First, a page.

In a strongly worded response, China stressed the South China Sea as one of its "core interests", putting the issue up there with Taiwan, Tibet and Xinjiang in terms of its importance to Beijing.
China warned its rival claimants and neighbors not to be emboldened by U.S. support - a line it has repeated ever since.
An arbitration court hearing the dispute between China and the Philippines over the South China Sea is set to hand down its ruling on in the Dutch city of The Hague on Tuesday. Legal experts expect at least some substantive findings to go against China, which has vowed to ignore the ruling.
China's military, which is ramping up its presence in the South China Sea as part of a major modernisation programme, is also watching the election closely.
"Hillary is very fierce when it comes to China," a Chinese official close to the military establishment told Reuters.
While the Chinese government has been largely quiet about the U.S. election, state media has not been so restrained, with one paper even equating Trump to Hitler.
In May, China's official Xinhua news agency noted Trump's more isolationist campaign compared to Clinton's, who it described as an "old foreign policy hand" and important backer of the Asia-Pacific "pivot" that China considers a threat.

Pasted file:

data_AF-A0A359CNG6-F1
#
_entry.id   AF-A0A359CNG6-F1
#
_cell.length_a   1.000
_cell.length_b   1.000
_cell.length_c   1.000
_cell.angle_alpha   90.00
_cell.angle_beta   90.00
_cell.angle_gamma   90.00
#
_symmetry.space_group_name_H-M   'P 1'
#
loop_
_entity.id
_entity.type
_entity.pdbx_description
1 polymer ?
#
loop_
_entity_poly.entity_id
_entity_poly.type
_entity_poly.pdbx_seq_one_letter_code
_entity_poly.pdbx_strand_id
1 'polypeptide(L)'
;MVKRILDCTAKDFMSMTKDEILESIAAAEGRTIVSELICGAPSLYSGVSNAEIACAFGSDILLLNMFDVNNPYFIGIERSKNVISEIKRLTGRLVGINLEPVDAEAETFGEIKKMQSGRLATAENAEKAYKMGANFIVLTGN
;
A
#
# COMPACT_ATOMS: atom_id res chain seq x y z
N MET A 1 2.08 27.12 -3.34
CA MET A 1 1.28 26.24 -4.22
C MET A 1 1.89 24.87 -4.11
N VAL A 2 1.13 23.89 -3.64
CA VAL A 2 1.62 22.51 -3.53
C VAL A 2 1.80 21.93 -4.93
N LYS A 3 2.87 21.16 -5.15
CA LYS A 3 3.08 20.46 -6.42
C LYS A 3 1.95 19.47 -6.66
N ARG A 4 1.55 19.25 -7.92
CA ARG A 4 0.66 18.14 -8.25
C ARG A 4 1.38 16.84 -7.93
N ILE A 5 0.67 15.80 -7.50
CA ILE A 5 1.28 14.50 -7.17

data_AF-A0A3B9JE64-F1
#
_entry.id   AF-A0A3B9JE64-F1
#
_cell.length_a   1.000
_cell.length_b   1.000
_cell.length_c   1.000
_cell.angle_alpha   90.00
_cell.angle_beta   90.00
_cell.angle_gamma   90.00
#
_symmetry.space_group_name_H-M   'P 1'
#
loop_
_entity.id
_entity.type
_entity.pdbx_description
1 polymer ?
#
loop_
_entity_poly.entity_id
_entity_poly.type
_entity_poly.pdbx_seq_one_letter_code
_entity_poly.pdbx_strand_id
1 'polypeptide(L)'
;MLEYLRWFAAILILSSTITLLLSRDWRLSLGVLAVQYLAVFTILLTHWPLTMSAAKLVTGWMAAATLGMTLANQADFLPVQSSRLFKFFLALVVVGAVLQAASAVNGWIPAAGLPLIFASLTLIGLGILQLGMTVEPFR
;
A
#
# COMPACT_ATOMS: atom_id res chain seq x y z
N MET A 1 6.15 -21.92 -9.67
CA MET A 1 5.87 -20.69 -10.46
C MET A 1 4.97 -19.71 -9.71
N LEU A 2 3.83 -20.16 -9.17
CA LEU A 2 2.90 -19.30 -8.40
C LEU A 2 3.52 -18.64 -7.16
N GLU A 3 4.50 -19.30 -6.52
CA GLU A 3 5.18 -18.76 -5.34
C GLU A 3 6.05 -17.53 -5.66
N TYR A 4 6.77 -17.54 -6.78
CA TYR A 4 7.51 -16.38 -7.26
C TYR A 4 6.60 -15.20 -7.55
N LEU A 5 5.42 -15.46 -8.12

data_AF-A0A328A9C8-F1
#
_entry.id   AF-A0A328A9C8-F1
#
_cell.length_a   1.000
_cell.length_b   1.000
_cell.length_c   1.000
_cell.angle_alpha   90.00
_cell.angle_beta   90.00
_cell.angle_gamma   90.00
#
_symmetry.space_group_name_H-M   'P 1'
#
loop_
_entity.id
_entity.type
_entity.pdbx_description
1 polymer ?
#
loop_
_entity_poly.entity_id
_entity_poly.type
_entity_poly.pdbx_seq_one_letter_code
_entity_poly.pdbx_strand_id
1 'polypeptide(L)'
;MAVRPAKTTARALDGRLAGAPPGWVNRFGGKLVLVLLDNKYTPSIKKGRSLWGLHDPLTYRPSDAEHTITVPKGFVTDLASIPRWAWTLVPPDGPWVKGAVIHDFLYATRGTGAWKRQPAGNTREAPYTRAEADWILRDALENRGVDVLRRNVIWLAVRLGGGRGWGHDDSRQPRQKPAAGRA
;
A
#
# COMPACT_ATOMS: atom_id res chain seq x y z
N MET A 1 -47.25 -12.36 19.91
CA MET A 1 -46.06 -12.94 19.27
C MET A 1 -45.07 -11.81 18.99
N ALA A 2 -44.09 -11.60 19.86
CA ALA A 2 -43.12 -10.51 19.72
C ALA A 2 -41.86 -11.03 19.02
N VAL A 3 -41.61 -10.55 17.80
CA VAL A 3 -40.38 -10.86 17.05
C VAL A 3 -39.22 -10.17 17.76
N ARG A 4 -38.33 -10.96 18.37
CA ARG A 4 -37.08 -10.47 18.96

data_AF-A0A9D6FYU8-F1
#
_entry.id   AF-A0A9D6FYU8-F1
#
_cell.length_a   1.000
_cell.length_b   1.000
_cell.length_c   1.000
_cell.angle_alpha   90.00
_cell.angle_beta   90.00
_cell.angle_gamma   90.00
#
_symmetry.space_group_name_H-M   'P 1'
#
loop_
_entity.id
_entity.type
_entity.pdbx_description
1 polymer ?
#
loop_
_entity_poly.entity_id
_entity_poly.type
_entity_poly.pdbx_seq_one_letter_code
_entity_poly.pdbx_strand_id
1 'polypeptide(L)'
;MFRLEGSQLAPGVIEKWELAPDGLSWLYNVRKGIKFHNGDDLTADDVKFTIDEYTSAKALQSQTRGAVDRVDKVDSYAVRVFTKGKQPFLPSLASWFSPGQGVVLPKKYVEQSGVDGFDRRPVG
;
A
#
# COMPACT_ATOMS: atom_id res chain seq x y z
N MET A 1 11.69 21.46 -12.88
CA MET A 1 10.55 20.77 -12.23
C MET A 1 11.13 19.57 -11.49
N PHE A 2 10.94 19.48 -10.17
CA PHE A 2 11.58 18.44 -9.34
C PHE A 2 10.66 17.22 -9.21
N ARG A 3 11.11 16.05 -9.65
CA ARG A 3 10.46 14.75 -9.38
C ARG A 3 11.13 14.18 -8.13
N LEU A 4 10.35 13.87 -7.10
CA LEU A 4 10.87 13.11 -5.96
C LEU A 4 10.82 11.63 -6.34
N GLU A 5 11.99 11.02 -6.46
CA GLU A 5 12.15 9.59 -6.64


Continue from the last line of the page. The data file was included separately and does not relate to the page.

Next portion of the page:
"As far as she's concerned, being tough on foreign policy is perhaps the best way to show America's so-called 'leadership'," it said in a commentary.
Laura Rosenberger, a Clinton campaign foreign policy adviser who worked with her in the State Department, told Reuters Clinton would remain tough on the South China Sea issue.
"She believes that we need to be very strong in terms of standing up to many of the actions the Chinese have taken," Rosenberger said.
"She believes in the principles of freedom of navigation in international waters, that commerce on the high seas in incredibly important to the United States, and that these are really very direct interests that we need to continue to stand up for."
Trump adviser Peter Navarro, an economist at University of California Irvine and the author of the book, "Crouching Tiger: What China's Militarism Means for the World," said a Trump presidency would lead to respect.
"The central difference between a Trump administration and the current administration or a Clinton administration is respect. The leaders of Russia, the leaders of China will respect Mr. Trump, will respect America because we will be strong economically, militarily and politically."
Trump may actually find some sympathy in China, even if he is seen as an unknown quantity.
"Who is Trump? We don't really know. We do know he hates Muslims though - and that will be well received in some circles here," said the Chinese official with ties to the military, pointing to what China views as its
war on terror in its Muslim-populated far western region